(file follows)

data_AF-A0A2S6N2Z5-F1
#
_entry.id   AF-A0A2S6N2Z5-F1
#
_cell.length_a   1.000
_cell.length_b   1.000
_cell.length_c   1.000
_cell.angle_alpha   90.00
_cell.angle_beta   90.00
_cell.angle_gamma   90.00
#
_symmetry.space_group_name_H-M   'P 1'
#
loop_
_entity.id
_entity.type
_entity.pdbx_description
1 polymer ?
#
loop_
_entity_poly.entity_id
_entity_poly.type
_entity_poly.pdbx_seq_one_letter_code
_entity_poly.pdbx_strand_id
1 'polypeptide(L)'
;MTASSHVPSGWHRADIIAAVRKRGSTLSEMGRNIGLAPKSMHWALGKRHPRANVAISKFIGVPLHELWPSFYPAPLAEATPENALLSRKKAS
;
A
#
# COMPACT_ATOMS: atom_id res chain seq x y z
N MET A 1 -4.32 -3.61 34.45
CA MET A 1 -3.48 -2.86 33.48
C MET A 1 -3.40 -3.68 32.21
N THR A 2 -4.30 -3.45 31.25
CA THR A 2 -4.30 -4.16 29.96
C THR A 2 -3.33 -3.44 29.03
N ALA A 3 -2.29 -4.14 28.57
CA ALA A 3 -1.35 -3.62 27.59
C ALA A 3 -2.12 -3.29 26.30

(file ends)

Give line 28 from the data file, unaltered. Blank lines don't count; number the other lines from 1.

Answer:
A